The new year begins with public confidence in Congress at the perhaps the lowest level in history. By way of comparison, 36 percent of the public have either a great deal or quite a lot of confidence in the presidency. The measure for confidence in the Supreme Court is 34 percent. But for Congress, the figure drops to just 10 percent.
In recent years, members of Congress have spent more time blaming others for the nation's ills than in actively seeking solutions. With Democrats controlling the Senate and Republicans controlling the House, that has been a fairly easy game for members of both parties to play. But that may be about to change with Republicans firmly in control of both House and Senate.
House Republicans will have a more difficult time blaming the Senate for the lack of cooperation, just as majority party in the Senate will have a more difficult time laying blame on the House.
There is no shortage of major issues awaiting the attention of Congress. Some of those issues include U.S. foreign policy in the Middle East, Iran's nuclear program, meeting the nation's energy needs, dealing with the drought in the Western states, tax reform and business regulation.
With the GOP so firmly in control of Congress, Idaho's most under-reported news story has to be the emergence of the Idaho congressional delegation as potentially one of the most influential and powerful state delegations in the country. It is a delegation in which three-quarters of its members hold sway over committees or subcommittees that focus on major U.S. public policy areas. And for the most part these aren't just Idaho-centric issues. Rather, they are issues that impact the entire nation and, in some instances, much of the world.
The most remarkable power player to emerge from the Idaho delegation is the junior member of the delegation, Sen.Jim Risch. As a state legislator, he took little interest in public policy areas and instead focused his attention on the inner workings of the Legislature. Now, six years into his U.S. Senate service, he is about to have a leadership role in a plethora of major federal policy areas.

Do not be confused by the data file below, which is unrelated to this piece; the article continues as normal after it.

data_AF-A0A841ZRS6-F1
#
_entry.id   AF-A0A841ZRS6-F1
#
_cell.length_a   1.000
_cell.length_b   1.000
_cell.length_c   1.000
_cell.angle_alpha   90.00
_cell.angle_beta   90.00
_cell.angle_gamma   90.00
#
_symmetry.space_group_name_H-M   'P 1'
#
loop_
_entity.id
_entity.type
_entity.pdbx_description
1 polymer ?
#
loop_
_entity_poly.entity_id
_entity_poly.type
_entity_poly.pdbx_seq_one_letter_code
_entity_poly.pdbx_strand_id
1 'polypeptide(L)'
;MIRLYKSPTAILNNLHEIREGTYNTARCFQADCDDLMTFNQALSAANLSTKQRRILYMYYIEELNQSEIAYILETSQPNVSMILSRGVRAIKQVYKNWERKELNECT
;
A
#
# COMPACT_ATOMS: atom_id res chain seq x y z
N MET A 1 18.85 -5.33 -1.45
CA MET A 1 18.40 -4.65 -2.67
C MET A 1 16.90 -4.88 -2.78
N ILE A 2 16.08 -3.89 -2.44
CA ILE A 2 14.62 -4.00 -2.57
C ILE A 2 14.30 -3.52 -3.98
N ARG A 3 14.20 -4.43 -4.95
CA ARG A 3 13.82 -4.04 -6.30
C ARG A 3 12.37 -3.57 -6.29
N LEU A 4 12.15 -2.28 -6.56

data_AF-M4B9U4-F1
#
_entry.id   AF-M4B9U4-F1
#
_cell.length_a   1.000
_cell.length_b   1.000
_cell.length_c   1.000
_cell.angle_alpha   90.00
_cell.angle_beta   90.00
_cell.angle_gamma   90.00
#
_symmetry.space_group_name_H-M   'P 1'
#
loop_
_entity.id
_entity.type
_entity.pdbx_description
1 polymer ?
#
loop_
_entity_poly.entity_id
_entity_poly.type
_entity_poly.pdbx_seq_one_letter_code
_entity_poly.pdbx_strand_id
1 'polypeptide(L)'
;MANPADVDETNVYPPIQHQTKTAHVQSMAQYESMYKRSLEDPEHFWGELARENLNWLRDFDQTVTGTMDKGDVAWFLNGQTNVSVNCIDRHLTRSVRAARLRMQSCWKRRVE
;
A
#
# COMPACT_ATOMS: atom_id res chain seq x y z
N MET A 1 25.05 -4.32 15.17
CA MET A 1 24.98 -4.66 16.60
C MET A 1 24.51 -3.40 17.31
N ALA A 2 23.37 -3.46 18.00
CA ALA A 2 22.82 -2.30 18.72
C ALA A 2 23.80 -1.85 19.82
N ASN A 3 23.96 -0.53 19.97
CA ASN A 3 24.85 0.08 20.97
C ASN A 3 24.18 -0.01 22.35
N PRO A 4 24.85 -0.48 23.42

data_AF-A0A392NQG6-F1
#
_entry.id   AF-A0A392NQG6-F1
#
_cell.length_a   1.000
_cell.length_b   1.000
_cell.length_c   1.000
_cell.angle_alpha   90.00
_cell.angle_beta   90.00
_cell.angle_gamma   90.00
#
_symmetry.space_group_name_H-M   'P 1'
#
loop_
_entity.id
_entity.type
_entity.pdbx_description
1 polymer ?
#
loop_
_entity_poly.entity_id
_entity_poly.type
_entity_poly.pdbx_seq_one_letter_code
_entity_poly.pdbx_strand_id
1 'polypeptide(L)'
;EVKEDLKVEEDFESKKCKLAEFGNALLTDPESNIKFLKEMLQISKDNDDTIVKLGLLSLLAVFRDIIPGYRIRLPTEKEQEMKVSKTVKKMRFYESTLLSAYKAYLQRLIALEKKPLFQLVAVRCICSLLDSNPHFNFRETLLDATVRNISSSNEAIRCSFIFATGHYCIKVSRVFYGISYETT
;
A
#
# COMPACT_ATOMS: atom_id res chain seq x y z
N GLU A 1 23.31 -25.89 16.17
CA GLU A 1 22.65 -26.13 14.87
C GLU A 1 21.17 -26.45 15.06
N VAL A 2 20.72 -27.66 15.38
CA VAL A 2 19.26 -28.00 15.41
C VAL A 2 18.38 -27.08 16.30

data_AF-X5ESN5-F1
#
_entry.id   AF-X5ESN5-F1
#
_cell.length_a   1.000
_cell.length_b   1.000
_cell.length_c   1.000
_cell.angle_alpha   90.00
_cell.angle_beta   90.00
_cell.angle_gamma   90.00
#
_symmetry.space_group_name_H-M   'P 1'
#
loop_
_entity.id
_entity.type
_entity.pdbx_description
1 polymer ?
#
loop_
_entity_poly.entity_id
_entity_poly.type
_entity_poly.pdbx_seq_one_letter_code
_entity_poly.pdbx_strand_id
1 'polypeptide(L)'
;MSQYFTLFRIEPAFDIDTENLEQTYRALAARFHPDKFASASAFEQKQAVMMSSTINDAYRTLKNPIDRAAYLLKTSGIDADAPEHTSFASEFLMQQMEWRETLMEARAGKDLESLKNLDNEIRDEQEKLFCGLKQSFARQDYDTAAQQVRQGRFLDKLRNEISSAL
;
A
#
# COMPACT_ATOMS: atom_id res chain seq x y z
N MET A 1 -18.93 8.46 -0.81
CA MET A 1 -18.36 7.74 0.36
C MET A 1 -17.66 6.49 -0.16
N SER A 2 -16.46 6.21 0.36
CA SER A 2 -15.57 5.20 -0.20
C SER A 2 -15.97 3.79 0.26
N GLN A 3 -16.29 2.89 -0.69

If you are a small business owner and are concerned about federal regulations impacting small business, he is your go-to person. Risch is now a senior member of the Senate Committee on Small Business and Entrepreneurship and in line for a possible chairmanship.
Likewise, if you are concerned about U.S. foreign policy in the Middle East and Arab North Africa, including the nations of Egypt, Libya, Syria, Iran, Iraq and Israel, then Risch deserves your attention. He is now the chairman of the Senate Foreign Relations Subcommittee on Near Eastern and Central Asian Affairs. In fact, he is now the No. 2 ranking Republican on the full Foreign Relations Committee.
Like many Americans, perhaps you are concerned about the need to ensure that Wall Street and the banking industry not provide the catalyst for another economic meltdown. If that is the case, then Sen. Mike Crapo is the person you will want to talk to. He is edging closer toward becoming the new chairman of the Senate Banking, Housing and Urban Affairs Committee. This is the Senate committee with jurisdiction over housing finance, financial institutions and consumer protection, Wall Street oversight and the Federal Reserve.
In recent years, Crapo has been talking about taking a leading role in initiating major tax reform. Now is his opportunity. The jurisdiction for tax policy and oversight of the Internal Revenue Service is the Senate Finance Committee and Crapo is the third-ranking Republican on the committee.
Unlike Idaho's two senators, Congressman Mike Simpson isn't stepping up into a new position of power. He was already in a position of power in the majority party in the House.
Simpson is a member of the House Appropriations Committee and chairman of a subcommittee. An indication of the power that subcommittee chairmen of that committee hold is that they are generally referred to as cardinals.
Simpson chairs the Subcommittee on Energy and Water Development Programs. If you are interested in the funding of water projects that might assist in dealing with the Western drought, Simpson is your man.
Similarly, if you are interested in the future of the Idaho National Laboratory, one of the five largest employers in Idaho, he should be your focal point. He also is the No. 2 ranking Republican on the subcommittee that appropriates funds for both the Bureau of Land Managment and the U.S. Forest Service, two agencies with a major say on public lands issues in Idaho.
The only member of the Idaho delegation with neither a chairmanship nor significant seniority is Congressman Raul Labrador. Perhaps his best opportunity to exert a degree of influence in public policy will be from his position on the House Judiciary Committee's Subcommittee on Immigration and Border Security, where he is the fifth ranking Republican member. In the past, he has indicated interest in playing a leadership role in comprehensive immigration reform. With GOP control of both House and Senate, this will be his opportunity to demonstrate his potential effectiveness.
Just because one party now controls the House and Senate, the public shouldn't expect to see immediate results in dealing with major issues. But in a number of instances, Idaho's delegation is in a position to determine both the direction and the speed at which Congress deals with significant issues.
In the coming months, I look forward to tracking and reporting on whatever progress they may be making.
Peterson is a native of the Lewiston Clarkston Valley. He is retired and lives in Boise.